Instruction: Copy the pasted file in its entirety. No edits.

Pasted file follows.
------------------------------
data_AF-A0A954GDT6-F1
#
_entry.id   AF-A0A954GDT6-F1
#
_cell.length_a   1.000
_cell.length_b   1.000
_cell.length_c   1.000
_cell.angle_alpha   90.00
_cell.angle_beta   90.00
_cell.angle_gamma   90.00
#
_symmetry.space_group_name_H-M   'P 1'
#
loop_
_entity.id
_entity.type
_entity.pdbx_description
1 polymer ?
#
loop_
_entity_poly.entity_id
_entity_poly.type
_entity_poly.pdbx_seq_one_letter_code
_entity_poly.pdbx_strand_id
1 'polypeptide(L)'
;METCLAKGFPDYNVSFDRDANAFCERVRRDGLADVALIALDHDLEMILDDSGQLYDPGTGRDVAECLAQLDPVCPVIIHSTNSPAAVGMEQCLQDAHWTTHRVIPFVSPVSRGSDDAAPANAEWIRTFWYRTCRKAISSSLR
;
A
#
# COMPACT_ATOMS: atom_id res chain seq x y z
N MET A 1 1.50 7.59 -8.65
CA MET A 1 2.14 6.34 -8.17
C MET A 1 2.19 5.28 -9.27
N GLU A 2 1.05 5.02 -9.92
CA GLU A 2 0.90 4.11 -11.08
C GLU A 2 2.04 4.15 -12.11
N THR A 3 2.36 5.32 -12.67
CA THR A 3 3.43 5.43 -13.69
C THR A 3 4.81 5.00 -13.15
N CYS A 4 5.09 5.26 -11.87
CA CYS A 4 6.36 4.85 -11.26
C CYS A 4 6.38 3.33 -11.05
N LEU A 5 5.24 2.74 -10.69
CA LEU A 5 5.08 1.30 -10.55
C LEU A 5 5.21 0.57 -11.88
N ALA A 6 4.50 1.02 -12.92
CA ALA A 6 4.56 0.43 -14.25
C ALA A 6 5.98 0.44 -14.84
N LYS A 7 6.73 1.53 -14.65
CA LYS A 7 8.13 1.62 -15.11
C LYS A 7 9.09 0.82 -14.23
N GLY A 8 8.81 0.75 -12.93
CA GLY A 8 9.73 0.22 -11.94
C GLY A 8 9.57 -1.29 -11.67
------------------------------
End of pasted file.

data_AF-A0A954GDT6-F1
#
_entry.id   AF-A0A954GDT6-F1
#
_cell.length_a   1.000
_cell.length_b   1.000
_cell.length_c   1.000
_cell.angle_alpha   90.00
_cell.angle_beta   90.00
_cell.angle_gamma   90.00
#
_symmetry.space_group_name_H-M   'P 1'
#
loop_
_entity.id
_entity.type
_entity.pdbx_description
1 polymer ?
#
loop_
_entity_poly.entity_id
_entity_poly.type
_entity_poly.pdbx_seq_one_letter_code
_entity_poly.pdbx_strand_id
1 'polypeptide(L)'
;METCLAKGFPDYNVSFDRDANAFCERVRRDGLADVALIALDHDLEMILDDSGQLYDPGTGRDVAECLAQLDPVCPVIIHSTNSPAAVGMEQCLQDAHWTTHRVIPFVSPVSRGSDDAAPANAEWIRTFWYRTCRKAISSSLR
;
A
#
# COMPACT_ATOMS: atom_id res chain seq x y z
N MET A 1 1.50 7.59 -8.65
CA MET A 1 2.14 6.34 -8.17
C MET A 1 2.19 5.28 -9.27
N GLU A 2 1.05 5.02 -9.92
CA GLU A 2 0.90 4.11 -11.08
C GLU A 2 2.04 4.15 -12.11
N THR A 3 2.36 5.32 -12.67
CA THR A 3 3.43 5.43 -13.69
C THR A 3 4.81 5.00 -13.15
N CYS A 4 5.09 5.26 -11.87
CA CYS A 4 6.36 4.85 -11.26
C CYS A 4 6.38 3.33 -11.05
N LEU A 5 5.24 2.74 -10.69
CA LEU A 5 5.08 1.30 -10.55
C LEU A 5 5.21 0.57 -11.88
N ALA A 6 4.50 1.02 -12.92
CA ALA A 6 4.56 0.43 -14.25
C ALA A 6 5.98 0.44 -14.84
N LYS A 7 6.73 1.53 -14.65
CA LYS A 7 8.13 1.62 -15.11
C LYS A 7 9.09 0.82 -14.23
N GLY A 8 8.81 0.75 -12.93
CA GLY A 8 9.73 0.22 -11.94
C GLY A 8 9.57 -1.29 -11.67